In This Section

Download the Report

Check our updated 2022 Green, Healthy Schools Report!

New York City public schools were among the institutions hit hardest by COVID. The shutdown of schools disrupted the lives of countless families, students, teachers, and parents. 

What happens with public schools in the coming months and years will significantly shape recovery after COVID, especially in low-income communities of color ravaged by the pandemic. 

This report offers the next mayor of New York City an action plan for how to create Green, Healthy Schools for all. It’s the first report to show how the installation of solar energy and air control systems will enhance equity and safety in K-12 public schools, while creating good-paying jobs that help the city achieve its climate goals. 

Key Findings and Highlights of this Report:

  • As of 2019, the City has already allocated $3.8 billion into renewable energy and energy efficiency projects. In his final months in office, Mayor de Blasio should work with city agencies to immediately install solar and HVAC systems in K-12 public schools over the next ten years. The next incoming mayor must continue this effort to create Green, Healthy Schools as part of recovery after COVID. 
  • All New York City public schools, including existing schools, should be healthy and sustainable environments. The next mayor can and should create Green, Healthy Schools in all five boroughs, using PS 62 in Staten Island as a proven model.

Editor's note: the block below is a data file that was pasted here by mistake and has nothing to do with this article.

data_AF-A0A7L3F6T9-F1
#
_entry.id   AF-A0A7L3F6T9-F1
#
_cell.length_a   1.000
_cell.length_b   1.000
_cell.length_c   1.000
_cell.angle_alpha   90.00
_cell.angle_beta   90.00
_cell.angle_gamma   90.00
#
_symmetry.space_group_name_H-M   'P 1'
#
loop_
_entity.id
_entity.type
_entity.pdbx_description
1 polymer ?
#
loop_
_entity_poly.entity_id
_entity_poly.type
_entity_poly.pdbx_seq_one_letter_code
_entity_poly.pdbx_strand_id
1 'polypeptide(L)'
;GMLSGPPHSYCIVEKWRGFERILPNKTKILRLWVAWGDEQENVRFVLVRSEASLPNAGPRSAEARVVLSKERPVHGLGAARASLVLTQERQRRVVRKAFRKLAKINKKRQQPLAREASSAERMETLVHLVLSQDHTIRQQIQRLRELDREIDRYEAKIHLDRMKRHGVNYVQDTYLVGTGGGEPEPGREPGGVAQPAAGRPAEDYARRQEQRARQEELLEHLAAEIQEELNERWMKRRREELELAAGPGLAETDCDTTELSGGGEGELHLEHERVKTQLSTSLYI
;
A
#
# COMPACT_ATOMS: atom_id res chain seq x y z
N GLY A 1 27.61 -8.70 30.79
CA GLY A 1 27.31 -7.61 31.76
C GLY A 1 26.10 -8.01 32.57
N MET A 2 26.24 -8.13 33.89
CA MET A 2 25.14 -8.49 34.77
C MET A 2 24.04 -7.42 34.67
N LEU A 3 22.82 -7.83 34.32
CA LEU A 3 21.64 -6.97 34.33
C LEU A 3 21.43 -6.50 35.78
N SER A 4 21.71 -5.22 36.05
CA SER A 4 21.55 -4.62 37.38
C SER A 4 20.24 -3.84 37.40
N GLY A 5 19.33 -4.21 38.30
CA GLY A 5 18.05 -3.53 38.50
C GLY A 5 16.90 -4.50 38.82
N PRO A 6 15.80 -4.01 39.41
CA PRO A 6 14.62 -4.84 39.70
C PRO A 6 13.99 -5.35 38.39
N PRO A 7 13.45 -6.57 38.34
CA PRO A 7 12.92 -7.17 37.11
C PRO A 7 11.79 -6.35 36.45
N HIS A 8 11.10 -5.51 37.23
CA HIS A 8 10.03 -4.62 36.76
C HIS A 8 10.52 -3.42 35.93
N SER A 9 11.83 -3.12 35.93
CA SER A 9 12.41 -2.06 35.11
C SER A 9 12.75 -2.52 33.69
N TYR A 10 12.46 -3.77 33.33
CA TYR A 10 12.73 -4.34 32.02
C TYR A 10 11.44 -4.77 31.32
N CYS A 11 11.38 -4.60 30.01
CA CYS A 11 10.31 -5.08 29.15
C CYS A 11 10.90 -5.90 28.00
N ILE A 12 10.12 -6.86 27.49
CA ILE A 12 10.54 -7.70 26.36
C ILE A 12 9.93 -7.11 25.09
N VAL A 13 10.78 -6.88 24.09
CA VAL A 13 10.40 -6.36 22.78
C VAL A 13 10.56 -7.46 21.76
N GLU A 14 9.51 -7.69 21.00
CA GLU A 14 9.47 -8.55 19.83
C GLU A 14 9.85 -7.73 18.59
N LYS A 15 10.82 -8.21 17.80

• It will cost the City $460 million over the next four years to install solar panels on all K-12 public schools, and another $1.08 billion over the next 13 years to install HVAC systems and other necessary energy efficiency upgrades. These solar panels and HVAC systems in public schools will make it easier for the city to meet its sustainability goals of reducing greenhouse emissions by 2035 as defined in Local Law 97.
  • Public schools are among the worst climate polluters and largest emitters of greenhouse gases in the city. That’s why the installation of solar panels on public schools will allow the City to make aggressive progress toward reducing climate pollution and energy usage in buildings, and achieving the goal of 100 megawatts (MW) of solar energy on public buildings by 2025.
  • The city should start implementing energy efficiency projects by focusing on installing HVAC systems in schools. Poor air quality not only impacts student and staff health, but it also can also undermine learning by negatively affecting student attendance, comfort, and performance.